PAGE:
Whether this is just the tip of the iceberg as far as litigation goes against the food industry remains to be seen… What lengths will the industry go to in marketing products that are healthy when in fact they could be the complete opposite?
With one in three children in the UK overweight or obese by the age of 9, and a recent analysis of 50,000 children by researchers at Oxford University published in the BMJ demonstrating markers of raised cholesterol, raised blood pressure, and even enlarged hearts in this group, we need to be more vigilant than ever about what we and our children are putting into their mouths…
Jane Landon, Director of Policy at the [UK] National Heart Forum, says that 'people have a right to know what is in their food. What we currently know about our food is led by the promotional information that companies prefer to put on pack, not objective information about the nutritional content'.
It horrifies me to see people gorging on products marketed as 'low fat' that are loaded with… sugar which is more likely to lead to increased weight… Two randomised trials published in the New England Journal of Medicine last month provide the strongest evidence so far that sugary drinks really do encourage weight gain in children and adolescents. Actions to reduce consumption are therefore justified and should be supported. It is high time that the government also enforced traffic light labelling of the amounts of sugar, salt and fat on all appropriate food products…
There is an obvious clash between public health advocates and a very powerful food lobby that will go to any length to protect their only interest; profit. The food industry has a dedicated, financially and politically powerful strategy to deflect the responsibility and blame for the obesity epidemic on to the individual. One obvious example is companies such as McDonald's and Coca Cola advocating the role of exercise in tackling obesity whilst using the Olympic Games, the most effective marketing platform in the world, to promote their brands.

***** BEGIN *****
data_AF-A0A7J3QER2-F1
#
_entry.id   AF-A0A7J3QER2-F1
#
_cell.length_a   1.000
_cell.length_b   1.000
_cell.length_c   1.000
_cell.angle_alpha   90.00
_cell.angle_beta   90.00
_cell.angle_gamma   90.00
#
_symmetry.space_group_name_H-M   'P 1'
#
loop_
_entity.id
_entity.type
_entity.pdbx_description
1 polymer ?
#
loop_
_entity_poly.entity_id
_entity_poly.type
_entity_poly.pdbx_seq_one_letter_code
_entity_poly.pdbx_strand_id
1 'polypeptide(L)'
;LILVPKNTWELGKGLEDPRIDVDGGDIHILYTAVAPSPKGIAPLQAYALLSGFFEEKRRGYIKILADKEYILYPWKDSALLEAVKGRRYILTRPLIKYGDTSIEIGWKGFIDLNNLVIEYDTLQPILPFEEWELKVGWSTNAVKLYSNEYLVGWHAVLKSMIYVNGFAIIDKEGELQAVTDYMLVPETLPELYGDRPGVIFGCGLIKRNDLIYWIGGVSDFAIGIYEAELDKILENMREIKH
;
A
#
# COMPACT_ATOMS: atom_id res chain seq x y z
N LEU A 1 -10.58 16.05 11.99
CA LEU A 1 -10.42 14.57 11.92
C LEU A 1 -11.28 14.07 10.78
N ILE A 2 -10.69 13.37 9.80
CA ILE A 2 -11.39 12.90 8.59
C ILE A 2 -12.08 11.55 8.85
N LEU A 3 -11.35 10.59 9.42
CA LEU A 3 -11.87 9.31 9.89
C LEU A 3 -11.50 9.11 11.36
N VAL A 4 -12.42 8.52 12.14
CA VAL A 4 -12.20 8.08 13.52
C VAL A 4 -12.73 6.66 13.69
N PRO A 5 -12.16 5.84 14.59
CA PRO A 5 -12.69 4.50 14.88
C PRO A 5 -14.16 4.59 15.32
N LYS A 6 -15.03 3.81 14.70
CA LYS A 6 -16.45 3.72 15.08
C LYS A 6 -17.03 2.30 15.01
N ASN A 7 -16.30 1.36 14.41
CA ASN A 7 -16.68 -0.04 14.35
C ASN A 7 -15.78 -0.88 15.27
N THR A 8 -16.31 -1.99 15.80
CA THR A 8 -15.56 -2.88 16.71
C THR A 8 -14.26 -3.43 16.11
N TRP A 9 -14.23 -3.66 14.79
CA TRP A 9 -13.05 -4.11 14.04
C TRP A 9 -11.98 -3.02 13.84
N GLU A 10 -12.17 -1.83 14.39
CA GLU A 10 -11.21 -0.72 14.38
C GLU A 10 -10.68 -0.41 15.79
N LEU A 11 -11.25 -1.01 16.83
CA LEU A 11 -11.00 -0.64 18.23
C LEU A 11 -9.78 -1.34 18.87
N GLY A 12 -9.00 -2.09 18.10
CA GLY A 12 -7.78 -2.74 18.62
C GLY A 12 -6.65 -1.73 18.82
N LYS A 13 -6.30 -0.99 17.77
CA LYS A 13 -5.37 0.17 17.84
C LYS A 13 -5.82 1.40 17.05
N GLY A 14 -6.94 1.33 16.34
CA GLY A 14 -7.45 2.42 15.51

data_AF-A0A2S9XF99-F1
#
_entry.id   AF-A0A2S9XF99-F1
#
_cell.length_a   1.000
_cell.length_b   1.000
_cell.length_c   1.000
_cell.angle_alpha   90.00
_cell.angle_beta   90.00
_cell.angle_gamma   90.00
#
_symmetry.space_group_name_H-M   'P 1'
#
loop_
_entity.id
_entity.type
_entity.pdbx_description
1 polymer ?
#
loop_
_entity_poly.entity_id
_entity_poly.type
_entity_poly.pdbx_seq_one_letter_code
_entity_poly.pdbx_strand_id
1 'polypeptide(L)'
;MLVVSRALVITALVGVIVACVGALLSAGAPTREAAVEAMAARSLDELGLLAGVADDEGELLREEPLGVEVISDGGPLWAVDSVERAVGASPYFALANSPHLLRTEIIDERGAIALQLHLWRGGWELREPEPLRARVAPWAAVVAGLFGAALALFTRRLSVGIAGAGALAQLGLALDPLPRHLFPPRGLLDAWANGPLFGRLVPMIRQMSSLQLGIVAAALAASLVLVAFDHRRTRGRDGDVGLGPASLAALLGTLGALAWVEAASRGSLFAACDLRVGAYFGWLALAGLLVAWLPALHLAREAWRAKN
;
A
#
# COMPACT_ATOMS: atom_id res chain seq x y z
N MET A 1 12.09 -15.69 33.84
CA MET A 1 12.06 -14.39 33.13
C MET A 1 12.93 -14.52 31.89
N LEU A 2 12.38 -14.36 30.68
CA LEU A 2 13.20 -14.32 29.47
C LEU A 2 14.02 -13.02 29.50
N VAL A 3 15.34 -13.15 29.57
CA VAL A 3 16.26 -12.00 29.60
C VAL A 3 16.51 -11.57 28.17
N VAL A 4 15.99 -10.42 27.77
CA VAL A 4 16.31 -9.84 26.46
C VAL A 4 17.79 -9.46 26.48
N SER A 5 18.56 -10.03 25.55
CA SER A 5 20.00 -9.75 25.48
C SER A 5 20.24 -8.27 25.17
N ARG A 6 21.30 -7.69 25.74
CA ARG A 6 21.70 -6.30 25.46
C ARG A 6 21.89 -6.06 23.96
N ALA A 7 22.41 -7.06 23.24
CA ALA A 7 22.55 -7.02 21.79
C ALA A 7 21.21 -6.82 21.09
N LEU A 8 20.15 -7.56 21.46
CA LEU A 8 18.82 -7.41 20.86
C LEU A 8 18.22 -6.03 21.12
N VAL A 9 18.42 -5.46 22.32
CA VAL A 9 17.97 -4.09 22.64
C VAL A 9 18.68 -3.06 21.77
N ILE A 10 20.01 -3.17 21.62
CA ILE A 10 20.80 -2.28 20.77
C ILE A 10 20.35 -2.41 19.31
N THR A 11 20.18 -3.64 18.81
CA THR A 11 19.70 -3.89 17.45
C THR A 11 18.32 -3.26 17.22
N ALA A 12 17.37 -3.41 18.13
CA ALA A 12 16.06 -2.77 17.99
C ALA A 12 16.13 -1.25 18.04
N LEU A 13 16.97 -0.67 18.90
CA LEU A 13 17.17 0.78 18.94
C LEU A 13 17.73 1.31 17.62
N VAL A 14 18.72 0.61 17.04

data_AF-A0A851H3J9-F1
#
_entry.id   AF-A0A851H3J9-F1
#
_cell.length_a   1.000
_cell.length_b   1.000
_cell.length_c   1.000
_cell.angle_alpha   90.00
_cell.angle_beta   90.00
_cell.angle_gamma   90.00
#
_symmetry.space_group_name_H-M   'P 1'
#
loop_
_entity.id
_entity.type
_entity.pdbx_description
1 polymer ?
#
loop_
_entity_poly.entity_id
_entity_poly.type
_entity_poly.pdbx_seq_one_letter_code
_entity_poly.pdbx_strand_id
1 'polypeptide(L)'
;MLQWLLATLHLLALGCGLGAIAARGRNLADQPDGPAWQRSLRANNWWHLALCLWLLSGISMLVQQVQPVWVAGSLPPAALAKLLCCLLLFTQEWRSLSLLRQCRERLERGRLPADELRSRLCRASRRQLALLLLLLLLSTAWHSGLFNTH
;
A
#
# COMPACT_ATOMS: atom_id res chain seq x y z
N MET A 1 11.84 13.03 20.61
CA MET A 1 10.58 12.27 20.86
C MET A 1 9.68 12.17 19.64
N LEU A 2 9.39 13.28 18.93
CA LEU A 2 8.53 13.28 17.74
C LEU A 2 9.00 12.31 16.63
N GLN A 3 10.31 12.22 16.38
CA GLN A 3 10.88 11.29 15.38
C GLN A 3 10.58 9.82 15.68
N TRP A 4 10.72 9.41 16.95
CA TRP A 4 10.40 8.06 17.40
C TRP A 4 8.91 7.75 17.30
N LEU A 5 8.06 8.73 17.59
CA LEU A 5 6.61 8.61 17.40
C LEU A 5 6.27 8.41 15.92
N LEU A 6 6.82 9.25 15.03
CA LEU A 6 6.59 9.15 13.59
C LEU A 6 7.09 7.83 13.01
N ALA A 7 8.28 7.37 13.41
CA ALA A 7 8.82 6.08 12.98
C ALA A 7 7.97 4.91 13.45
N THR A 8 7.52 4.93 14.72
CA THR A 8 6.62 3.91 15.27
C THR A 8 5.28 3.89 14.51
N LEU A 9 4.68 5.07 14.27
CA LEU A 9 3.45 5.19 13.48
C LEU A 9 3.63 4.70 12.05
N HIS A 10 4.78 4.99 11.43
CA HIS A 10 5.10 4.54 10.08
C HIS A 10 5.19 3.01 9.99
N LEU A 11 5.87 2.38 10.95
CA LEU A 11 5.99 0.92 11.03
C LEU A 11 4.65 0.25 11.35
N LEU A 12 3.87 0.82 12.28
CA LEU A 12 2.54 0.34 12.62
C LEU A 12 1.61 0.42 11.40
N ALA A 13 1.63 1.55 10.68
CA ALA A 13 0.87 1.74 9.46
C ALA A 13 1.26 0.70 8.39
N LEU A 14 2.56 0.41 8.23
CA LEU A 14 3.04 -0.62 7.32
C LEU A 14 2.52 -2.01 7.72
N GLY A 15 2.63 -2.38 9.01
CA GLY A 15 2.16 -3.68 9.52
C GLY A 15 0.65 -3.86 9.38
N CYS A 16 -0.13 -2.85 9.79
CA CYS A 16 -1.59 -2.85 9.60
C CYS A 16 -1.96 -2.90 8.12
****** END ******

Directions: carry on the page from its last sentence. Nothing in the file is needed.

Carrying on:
There are a multitude of benefits of exercise in improving both physical and mental health. If I didn't believe it I wouldn't spend 45 minutes in the gym daily, But as far as obesity is concerned the focus should be more on calories consumed…
Last week I spoke at a fringe meeting on obesity at the Conservative Party Conference organised by the Royal College of Paediatrics and Child Health. There was a consensus of opinion that more drastic interventions were imperative to tackle the growing problem of child obesity including the curtailing of junk food advertising to children. Sarah Wollaston MP, a member of the health select committee, said she was 'horrified' by the contents of a vending machine in a local paediatric outpatient department and that displaying and selling junk food in hospitals is clearly sending out the wrong message.
A government advisor told me that 'this government doesn't like banning things.' But … who would argue that the public smoking ban and the compulsory introduction of air bags in cars, both heavily opposed for years by Big Tobacco and the auto industry respectively, was not necessary for the interest of public health? The current strategy of appeasing the food industry with the 'responsibility deal' is doomed to failure…
Very soon the Academy of Medical Royal Colleges, representing 200,000 doctors in the UK and led by its new president, Professor Terence Stephenson, will produce a report on what the medical profession believes needs to be done to tackle this public health crisis. If we know what the most effective and necessary interventions are then for the sake of our children's health we cannot afford to waste any more time.
- Watts S. Big Tobacco lawyers target food industry. BBC News Magazine, 15 October 2012. http://www.bbc.co.uk/news/magazine-19953716.
- Day M, Shickle D, Smith K. Zakariasen K, Oliver T, Maskol J. Time for heroes: public health leadership in the 21st century. Comment. The Lancet 380, 6 October 2012, 1205-1206.
- Malhotra A. How false advertising by big food is driving obesity. Huffington Post, 16 October 2012.